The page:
Will Accelerated Mobile Pages (AMP) Improve Search Engine Results?

AMP Articles First On iPhone
Just in case you are in a hurry, here’s the short answer.  Yes.
Here’s why. Accelerated Mobile Pages do exactly what their name implies – increase how quickly an article loads on a mobile platform. AMP coding strips content of slower loading scripts, simplifies image sizing and page layout, and prevents extensions from blocking page rendering. As a result, AMP pages seem to load instantly. The code is at the crux of an open-source initiative spearheaded by Google.

AMP technology matters because online users have demonstrated an increasing appetite for instant gratification. In 2015 Apple and Facebook created proprietary publishing formats required for distributing content on their platforms. Users fell in love fast-loading, easy-to-digest content served up on their mobile phones and tablets. With instant information’s proliferation, speed trumped accuracy. The “instant news” phenomenon overwhelmed the slower, but arguably more reputable, information pushed on other platforms, and thus the handful of large publishers who adapted to the posting protocol came to control much of the content on Facebook and Apple News.

AMP was invented to compete with this centralized media control. Improving web page speed improves user engagement. When WIRED converted its archive of more than 20 years’ worth of articles to AMP code, the magazine saw a 25 percent increase in click through rates from search results and 63 percent click through increase on ads in AMP stories. Slate saw a 44 percent increase in unique monthly visitors while saving more than $85,000 in development resources.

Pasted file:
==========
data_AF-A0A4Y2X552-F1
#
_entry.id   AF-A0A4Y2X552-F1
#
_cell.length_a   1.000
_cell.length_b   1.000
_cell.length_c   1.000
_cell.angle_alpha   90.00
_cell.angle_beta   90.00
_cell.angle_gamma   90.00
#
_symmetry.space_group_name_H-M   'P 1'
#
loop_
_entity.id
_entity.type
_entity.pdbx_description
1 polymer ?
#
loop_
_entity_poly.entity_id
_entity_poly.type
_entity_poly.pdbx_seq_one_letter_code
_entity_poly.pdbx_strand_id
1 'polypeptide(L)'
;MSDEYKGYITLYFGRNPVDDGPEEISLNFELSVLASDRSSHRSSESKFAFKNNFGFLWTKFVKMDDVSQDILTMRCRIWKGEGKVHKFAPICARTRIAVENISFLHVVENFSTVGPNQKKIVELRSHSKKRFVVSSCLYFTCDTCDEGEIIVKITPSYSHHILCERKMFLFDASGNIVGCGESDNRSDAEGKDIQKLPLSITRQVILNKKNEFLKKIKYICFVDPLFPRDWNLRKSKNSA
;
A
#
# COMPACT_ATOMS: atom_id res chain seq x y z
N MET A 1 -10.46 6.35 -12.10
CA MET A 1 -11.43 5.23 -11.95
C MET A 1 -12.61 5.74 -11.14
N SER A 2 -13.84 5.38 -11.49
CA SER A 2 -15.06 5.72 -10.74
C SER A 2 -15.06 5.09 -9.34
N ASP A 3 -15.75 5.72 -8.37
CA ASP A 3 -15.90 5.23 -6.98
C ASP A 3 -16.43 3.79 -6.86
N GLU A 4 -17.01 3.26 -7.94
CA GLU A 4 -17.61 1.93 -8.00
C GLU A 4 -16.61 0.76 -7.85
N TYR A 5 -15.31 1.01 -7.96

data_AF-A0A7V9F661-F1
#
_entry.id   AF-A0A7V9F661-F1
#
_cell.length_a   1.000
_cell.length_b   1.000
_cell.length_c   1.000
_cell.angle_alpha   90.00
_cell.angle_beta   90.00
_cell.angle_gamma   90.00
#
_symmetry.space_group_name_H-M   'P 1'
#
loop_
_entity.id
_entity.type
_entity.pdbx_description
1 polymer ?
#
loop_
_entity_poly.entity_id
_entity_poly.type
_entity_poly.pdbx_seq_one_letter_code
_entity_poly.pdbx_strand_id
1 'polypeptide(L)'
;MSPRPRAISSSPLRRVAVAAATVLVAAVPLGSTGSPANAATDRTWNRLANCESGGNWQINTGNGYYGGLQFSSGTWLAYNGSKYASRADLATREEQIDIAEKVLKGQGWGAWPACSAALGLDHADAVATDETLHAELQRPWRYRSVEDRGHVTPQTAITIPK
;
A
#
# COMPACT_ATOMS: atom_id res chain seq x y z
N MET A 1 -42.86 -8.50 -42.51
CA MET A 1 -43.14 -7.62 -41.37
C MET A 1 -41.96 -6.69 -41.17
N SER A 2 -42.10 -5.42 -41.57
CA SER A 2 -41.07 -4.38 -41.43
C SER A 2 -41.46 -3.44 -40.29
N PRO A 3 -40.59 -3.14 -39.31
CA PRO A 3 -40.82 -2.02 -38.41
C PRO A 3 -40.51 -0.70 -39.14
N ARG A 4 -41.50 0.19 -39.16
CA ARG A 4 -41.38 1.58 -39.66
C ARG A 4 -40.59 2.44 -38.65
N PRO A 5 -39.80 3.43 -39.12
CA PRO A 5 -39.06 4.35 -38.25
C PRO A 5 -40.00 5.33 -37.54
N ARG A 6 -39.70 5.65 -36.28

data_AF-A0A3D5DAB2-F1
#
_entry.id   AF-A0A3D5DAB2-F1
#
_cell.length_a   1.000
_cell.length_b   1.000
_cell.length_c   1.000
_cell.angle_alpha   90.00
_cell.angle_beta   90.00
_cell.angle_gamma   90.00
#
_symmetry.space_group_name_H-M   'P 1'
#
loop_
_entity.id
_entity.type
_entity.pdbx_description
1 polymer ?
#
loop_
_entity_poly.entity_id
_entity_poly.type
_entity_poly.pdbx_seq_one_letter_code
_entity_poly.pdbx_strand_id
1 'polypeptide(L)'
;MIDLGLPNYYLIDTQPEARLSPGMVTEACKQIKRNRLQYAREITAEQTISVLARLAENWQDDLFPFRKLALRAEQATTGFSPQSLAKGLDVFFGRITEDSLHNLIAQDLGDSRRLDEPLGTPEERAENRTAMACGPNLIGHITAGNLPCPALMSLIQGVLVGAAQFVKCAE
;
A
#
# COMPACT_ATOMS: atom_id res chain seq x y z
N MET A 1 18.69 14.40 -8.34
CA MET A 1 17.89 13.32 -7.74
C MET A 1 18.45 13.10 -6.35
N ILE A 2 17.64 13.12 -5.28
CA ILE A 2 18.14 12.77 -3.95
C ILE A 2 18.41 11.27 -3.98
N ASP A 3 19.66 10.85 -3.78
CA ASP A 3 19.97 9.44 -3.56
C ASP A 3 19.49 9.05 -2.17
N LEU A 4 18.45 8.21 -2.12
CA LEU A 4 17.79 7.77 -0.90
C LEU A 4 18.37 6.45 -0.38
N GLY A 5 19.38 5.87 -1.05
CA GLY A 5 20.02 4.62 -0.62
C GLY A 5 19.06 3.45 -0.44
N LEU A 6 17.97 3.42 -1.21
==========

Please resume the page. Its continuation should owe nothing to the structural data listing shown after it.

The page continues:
Some may argue that Google is merely trying to regain their first-place status in the knowledge war. I prefer the theory that Google recognized the need to provide more user-friendly, inclusive and open-source opportunities for people outside of the power-house publishing companies.

“Research has shown higher bounce rates associated with slower-loading web pages,” states the AMP Project’s FAQ. “Using the AMP format will make it far more compelling for people to consume and engage with more content. But this isn’t just about speed and performance. We also want to promote enhanced distribution so that publishers and advertisers can take advantage of the open web’s potential for their content to appear everywhere quickly – across platforms and apps – which can lead to more revenue.”

Content published using AMP best practices receives better placement, more impressions, more clicks, and more conversion. 

At one time, the free press and generational thought-leaders had the same ability, if not more, to publish and disseminate information, but proprietary platforms and their pay-to-play models changed how we came to view what is called news. In a perfect world, a universal standard would tamp down big money’s impact on what we read. Until then, AMP technology, while not a perfect solution, bridges the gap to information access for consumers.

According to AMP Project FAQs, Google goal is for “all content, from news stories to videos and from blogs to commerce pages and GIFs, to work using Accelerated Mobile Pages.”

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Are you adding structured code to your website? If so, you’re going to need a schema code generator too. Here are two of my favorite schema code generators:



*Credit for this tool belongs to the incredible Joe Hall. Joe Hall is an SEO Rock Star who I have admired and followed for more than a decade. https://hallanalysis.com